WASHINGTON – U.S. Air Force Lt. Gen. John “Jay” Raymond has been nominated by President Barack Obama to become the next head of Air Force Space Command, the service secretary said Sept. 7.
In a briefing with reporters, Deborah Lee James, the secretary of the Air Force, said Raymond, the current deputy chief of staff for operations, has been nominated to lead Space Command, which oversees 38,000 employees and organizing the Air Force’s space operations. He would also pin on his fourth star.
Raymond has been seen by industry and Pentagon insiders as a longtime favorite to replace Gen. John Hyten, the current head of Space Command. Hyten, who has led Space Command since August 2014, is thought to be a frontrunner to move to U.S. Strategic Command in the next 12 months, but there have been no formal announcements about his future assignments.
He has regularly received praise during speeches from senior leaders. In April, Bob Work, the deputy secretary of defense, described Raymond as one of the department’s “top space warriors.” In September 2015, Hyten used part of his speech at the annual Air Force Association speech to tell Raymond “you’re doing spectacular things and you need to continue to do spectacular things because you’re the (deputy chief of staff for operations.)” In addition, he was one of several Air Force leaders featured in a “60 Minutes” special in April 2015 that explained the ramifications of the national security space enterprise to the general public, a segment that is viewed as an overwhelming public relations success within the Pentagon.
Raymond has spent most of his 30-year military career in space operations. A Clemson graduate, he started his service at the end of the Cold War in a Minuteman missile silo, deployed to Southwest Asia after 9/11 to serve as director of space operations during Operation Enduring Freedom, and took over as commander of the 14th Air Force in 2014, leading the 19,500 men and women responsible for missile warning, space situational awareness, satellite operations, space launch and range operations.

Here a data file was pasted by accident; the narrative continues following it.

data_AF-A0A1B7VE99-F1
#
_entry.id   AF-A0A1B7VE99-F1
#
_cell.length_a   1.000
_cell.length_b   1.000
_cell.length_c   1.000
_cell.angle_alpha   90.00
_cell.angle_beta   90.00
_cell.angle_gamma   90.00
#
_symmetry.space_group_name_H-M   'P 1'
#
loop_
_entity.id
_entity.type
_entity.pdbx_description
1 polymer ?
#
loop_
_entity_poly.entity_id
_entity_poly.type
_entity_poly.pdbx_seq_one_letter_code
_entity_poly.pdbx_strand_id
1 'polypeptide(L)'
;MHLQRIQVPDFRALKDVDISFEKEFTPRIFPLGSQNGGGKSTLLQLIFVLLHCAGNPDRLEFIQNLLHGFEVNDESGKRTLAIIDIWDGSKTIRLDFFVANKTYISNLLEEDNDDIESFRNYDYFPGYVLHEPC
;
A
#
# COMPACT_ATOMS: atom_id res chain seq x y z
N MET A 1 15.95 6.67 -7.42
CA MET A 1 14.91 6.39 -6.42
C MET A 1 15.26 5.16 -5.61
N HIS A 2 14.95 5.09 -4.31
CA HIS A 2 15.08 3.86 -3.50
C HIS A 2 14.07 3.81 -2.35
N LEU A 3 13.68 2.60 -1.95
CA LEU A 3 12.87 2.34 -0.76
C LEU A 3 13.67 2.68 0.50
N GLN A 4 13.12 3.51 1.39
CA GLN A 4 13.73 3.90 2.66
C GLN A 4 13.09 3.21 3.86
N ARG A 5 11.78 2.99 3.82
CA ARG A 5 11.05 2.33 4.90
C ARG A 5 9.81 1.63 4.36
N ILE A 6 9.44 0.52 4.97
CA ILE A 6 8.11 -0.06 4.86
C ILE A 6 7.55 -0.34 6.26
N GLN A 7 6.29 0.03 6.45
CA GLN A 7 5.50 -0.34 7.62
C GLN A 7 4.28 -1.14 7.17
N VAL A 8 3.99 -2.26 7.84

There, Raymond is credited within the Air Force for taking lessons from the Schriever War Game, which is set in the future, and using those techniques to reshape current Air Force operations. For example, representatives from commercial satellite operators now work within the Air Force’s primary space nerve center, the Joint Space Operations Center at Vandenberg, to provide a better sense of how commercial satellites are operated and how they could more closely coordinate with military space capabilities.
“I go back to Vandenberg, playing myself for real, and something happens in the space domain, a week or so later,” Raymond told SpaceNews earlier this year. “It would’ve been really good to have had a commercial space entity that I could call over and say ‘hey, can you help us out here?’ We didn’t. That void was loud and clear — and so I reached out to the commercial companies and said, ‘let’s see if we can develop a way to stand this up.’ We stood up a prototype cell with a couple people, and their charter was to figure out what this thing can be. What it’s going to become is a lot bigger than what it is today, but it’s already paying some pretty significant benefits.”
In his Pentagon role, Raymond is responsible for formulating the policies that support the Air Force’s air, space, cyber, irregular warfare, counter-proliferation, homeland security, and weather operations missions. That assignment, more likely to be held by a pilot than a seasoned space operator, was seen by some as a sign the Air Force is taking space more seriously. He’s also been spotted with senior leaders at the Joint Interagency Combined Space Operations Center in Colorado Springs, Colorado, where the Defense Department and intelligence community are heading up an operations center to experiment with battle management techniques in space.
Watch Raymond explain how Air Force space operations are changing in this interview with SpaceNews‘ Mike Gruss.